A sprawling but amusing CliffsNotes-like history of various disreputable subgenres.
Not so much an authoritative study as an avid fan’s mash-up, “American Grindhouse” is a sprawling but amusing CliffsNotes-like history of various disreputable subgenres — everything from nudie cuties to sci-fi cheapies, blaxploitation melodramas to blood-soaked splatter pics — that define exploitation cinema. Documaker Elijah Drenner neatly balances wink-wink irony with enthusiastic affection while employing an extensive array of film clips to illustrate the sometimes serious, sometimes snarky commentary by film historians, veteran actors and moviemakers who have produced and/or enjoyed exploitation fare. Aimed squarely at aficionados of celluloid schlock, docu likely will reach its target aud through homevid and VOD.
Drenner and co-scripter Calum Waddell structure “American Grindhouse” as a series of interlocking (and often overlapping) chapters, each devoted to a specific era or genre. Definitions are vague and lines of demarcation are smudgy — there’s even some debate over what a true “grindhouse” really is, or was — but the lack of precision seems altogether appropriate for a pic about such unabashedly slapdash product.
The filmmakers dutifully note, and narrator Robert Forster helpfully announces, that exploitation pics date back to the silent era, and that “Traffic in Souls,” a 1913 white slavery drama from Universal, was the first bonafide exploitationer released by a major studio. By instituting restraints on language, imagery and subject matter in the 1930s, Hollywood inadvertently encouraged a shadow industry of sensationalistic showmen — brassy independents who, unfettered by the Production Code, offered low-budget, high-concept pics ranging from nudist-colony “instructional films” to ultra-graphic gore fests to softcore sexploitation (and, ultimately, hardcore porn).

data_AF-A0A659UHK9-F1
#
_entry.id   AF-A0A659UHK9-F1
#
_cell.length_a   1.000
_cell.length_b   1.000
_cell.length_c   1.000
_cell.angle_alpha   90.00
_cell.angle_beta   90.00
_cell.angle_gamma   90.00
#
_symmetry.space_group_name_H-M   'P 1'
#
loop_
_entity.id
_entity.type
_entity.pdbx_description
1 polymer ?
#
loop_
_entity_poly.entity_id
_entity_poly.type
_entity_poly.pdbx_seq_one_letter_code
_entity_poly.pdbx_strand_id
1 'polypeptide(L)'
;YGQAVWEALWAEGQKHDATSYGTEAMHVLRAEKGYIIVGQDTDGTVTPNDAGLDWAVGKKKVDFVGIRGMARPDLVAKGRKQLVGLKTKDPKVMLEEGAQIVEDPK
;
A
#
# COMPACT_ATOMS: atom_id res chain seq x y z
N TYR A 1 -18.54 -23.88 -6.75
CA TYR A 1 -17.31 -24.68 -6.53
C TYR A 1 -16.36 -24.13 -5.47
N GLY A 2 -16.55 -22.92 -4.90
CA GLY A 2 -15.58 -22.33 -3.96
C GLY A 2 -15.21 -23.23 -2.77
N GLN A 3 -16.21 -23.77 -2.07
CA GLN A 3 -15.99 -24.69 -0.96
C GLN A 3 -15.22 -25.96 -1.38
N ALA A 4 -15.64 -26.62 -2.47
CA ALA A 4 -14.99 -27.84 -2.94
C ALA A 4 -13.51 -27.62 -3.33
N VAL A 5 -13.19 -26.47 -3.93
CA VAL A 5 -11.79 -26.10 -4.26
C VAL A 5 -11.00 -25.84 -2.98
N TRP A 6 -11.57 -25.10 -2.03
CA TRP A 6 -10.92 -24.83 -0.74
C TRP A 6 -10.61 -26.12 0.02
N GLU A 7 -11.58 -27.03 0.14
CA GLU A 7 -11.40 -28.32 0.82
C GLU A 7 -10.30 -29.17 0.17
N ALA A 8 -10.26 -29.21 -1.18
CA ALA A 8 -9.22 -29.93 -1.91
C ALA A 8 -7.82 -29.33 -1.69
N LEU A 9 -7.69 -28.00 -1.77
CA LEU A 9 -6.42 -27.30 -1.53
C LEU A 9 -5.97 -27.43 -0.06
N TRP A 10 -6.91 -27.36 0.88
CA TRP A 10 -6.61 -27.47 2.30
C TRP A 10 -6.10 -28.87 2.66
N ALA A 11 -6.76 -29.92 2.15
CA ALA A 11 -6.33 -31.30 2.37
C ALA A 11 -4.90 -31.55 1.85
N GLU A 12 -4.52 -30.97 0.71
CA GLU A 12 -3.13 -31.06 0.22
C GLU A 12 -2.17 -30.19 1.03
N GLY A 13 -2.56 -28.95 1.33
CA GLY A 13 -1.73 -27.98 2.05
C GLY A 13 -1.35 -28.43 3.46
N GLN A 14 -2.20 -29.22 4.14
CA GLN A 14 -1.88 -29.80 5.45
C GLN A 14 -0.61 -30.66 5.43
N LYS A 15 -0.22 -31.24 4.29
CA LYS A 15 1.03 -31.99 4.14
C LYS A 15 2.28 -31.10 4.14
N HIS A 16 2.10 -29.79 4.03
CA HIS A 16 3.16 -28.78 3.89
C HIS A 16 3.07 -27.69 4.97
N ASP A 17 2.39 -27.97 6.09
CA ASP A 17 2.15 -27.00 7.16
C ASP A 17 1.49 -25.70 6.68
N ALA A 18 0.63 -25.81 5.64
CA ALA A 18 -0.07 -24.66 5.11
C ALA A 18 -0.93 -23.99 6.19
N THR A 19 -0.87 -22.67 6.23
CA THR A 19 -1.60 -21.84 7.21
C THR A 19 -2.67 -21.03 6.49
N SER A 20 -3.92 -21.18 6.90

“American Grindhouse” identifies the golden age of exploitation cinema as the 1960s and ’70s, the heyday of unruly bikers, drug-addled hippies, unregenerate Nazis, African-American avengers, chainsaw-wielding pyschos and scantily clad female convicts at theaters and drive-ins everywhere. The filmmakers stretch their definition of “exploitation” to include some unlikely suspects — beach-party romps such as “How to Stuff a Wild Bikini,” camp classics such as “Night of the Lepus” — but make room for fascinating interviews with directors Jack Hill (“The Big Bird Cage”), Don Edmonds (“Ilsa: She-Wolf of the SS”), Jonathan Kaplan (“Truck Turner”), Larry Cohen (“Black Caesar”) and other B- and Z-movie vets of the era.
The filmmakers rarely attempt to defend even the most unsavory items in their oeuvres. But it’s worth noting that no one — not even Herschell Gordon Lewis (“Blood Feast,” “2,000 Maniacs”) — feels any great need to apologize, either. (Edmonds admits to having a few qualms prior to filming “Ilsa,” but evidently got over them once shooting began.) Nor do the docu’s “expert witnesses” — a lineup that includes helmers John Landis and Joe Dante — express anything but appreciation for the zesty excess of the schlockmeisters. Indeed, Landis goes so far as to suggest Mel Gibson’s “The Passion of the Christ” is no better, and maybe worse, than any exploitation film he’s ever seen.
Ironically, “American Grindhouse” boasts far slicker production values than most of the exploitation pics it excerpts.